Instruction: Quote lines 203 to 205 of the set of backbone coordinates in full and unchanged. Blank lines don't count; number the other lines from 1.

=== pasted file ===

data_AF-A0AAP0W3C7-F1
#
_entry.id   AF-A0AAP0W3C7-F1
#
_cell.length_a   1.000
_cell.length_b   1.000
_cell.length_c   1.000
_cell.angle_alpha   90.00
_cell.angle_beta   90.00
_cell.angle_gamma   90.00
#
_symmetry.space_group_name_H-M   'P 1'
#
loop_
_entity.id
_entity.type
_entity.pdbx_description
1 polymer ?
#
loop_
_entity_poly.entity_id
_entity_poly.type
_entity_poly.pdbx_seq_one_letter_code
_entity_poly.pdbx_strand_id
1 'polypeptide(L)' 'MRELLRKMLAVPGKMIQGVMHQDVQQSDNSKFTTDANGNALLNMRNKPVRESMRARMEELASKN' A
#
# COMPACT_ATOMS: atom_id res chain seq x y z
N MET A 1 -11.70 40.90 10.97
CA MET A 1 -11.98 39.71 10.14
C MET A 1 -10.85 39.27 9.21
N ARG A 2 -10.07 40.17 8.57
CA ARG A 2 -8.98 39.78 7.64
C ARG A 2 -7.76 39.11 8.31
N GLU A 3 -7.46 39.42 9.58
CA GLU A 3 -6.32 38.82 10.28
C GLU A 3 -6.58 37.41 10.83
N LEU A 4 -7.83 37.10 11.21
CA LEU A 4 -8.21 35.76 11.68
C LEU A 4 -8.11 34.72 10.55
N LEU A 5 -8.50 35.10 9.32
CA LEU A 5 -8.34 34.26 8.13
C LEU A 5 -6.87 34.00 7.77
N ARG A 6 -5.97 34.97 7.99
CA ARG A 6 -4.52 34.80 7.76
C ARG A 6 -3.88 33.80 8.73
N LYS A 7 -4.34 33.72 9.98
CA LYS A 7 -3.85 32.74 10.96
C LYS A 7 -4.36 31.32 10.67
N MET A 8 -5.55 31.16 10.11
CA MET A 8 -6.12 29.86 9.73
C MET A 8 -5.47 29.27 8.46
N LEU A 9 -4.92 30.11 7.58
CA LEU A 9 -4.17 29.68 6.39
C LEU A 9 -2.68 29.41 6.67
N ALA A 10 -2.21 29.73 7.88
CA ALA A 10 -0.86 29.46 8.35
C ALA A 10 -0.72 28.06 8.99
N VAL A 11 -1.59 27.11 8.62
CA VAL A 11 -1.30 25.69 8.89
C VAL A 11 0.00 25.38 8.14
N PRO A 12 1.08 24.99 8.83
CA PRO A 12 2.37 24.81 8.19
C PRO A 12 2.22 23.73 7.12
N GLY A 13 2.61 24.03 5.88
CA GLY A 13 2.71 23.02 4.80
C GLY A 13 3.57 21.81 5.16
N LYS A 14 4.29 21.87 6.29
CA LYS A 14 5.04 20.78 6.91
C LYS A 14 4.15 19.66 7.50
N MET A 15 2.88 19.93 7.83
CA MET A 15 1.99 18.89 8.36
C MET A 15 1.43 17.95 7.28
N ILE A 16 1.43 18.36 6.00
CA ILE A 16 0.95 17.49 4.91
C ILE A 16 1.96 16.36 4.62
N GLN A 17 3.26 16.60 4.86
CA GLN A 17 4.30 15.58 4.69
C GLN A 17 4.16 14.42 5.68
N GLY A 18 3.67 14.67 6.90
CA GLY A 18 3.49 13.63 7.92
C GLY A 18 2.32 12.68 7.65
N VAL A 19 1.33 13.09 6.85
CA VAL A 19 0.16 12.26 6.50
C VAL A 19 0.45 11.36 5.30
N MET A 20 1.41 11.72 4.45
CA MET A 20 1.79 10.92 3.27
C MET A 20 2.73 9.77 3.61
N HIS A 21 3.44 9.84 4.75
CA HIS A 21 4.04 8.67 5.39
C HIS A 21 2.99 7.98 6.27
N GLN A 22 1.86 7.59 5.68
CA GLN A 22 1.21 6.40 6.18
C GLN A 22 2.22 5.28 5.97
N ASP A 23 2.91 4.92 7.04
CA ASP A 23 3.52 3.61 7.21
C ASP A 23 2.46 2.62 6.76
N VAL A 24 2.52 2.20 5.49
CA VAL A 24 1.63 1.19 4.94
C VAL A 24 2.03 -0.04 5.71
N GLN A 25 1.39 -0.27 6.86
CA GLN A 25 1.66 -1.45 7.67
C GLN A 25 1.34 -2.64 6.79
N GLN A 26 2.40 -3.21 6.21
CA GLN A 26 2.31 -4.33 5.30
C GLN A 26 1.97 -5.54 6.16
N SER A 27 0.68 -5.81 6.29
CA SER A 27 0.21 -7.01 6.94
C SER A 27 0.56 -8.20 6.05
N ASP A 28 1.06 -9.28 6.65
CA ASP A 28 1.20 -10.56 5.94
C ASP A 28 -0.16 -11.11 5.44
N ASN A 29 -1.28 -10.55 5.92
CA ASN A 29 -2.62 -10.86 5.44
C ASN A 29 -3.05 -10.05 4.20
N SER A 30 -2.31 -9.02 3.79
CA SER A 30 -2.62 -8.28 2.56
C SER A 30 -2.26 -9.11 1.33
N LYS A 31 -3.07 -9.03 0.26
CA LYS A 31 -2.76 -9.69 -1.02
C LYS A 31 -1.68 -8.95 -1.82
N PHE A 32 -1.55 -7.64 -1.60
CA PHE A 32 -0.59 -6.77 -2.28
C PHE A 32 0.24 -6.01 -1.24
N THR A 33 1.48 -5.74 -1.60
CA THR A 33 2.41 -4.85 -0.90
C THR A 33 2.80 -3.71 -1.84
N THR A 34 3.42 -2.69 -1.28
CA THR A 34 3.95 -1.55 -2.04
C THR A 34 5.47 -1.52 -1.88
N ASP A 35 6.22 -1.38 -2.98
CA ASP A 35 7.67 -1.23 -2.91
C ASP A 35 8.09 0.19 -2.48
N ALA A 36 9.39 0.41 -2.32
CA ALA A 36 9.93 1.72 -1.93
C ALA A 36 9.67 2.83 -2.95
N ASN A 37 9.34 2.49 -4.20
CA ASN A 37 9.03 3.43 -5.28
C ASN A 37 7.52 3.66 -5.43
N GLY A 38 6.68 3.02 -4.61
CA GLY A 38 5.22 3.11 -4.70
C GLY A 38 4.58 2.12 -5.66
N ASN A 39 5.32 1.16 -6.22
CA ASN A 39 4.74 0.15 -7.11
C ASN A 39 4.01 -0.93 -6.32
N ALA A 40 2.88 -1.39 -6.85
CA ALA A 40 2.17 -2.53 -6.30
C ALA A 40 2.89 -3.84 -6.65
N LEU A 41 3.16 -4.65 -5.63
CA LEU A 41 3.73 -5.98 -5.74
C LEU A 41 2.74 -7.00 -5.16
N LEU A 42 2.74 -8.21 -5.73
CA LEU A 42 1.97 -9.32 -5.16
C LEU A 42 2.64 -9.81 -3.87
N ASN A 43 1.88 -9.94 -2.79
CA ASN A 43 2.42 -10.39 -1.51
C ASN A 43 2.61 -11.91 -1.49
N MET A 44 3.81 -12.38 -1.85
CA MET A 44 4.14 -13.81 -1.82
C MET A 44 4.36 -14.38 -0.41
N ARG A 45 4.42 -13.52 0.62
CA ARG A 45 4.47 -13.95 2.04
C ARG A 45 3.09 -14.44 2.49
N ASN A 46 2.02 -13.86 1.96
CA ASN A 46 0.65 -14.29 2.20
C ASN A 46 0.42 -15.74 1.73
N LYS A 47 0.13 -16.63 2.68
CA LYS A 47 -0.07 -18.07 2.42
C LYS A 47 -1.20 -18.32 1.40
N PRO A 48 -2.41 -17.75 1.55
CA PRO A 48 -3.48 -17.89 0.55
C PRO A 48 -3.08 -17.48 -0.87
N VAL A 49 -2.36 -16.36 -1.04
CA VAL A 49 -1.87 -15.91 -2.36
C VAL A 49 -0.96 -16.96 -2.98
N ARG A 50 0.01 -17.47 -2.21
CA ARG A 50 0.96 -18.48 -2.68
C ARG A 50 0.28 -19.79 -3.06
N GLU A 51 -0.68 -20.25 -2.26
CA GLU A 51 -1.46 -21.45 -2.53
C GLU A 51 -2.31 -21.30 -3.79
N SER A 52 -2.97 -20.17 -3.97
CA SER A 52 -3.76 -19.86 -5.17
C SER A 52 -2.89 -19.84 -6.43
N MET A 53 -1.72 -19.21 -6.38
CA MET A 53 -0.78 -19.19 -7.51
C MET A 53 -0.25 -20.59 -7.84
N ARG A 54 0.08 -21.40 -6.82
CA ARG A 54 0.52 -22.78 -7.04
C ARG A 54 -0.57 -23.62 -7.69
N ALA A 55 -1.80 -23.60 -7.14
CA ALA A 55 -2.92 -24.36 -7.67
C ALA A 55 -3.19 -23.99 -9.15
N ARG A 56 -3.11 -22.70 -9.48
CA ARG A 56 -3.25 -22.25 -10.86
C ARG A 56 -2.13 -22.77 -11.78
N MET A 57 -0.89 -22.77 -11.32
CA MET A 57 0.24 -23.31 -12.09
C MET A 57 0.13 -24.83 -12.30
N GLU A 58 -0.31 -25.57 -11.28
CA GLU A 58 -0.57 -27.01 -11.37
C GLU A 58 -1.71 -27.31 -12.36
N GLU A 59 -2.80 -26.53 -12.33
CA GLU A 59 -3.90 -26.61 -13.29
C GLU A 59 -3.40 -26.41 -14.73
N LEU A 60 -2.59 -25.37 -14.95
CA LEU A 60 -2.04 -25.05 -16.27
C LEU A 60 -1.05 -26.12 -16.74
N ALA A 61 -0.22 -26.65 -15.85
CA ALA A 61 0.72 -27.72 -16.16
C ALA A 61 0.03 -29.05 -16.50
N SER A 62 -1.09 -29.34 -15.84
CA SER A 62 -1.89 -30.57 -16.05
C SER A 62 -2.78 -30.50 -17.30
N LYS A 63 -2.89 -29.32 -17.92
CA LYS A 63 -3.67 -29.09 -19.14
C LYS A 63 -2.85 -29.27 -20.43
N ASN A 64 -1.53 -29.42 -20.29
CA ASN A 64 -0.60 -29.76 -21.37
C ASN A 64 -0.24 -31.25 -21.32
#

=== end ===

CA GLU A 59 -3.90 -26.61 -13.29
C GLU A 59 -3.40 -26.41 -14.73
N LEU A 60 -2.59 -25.37 -14.95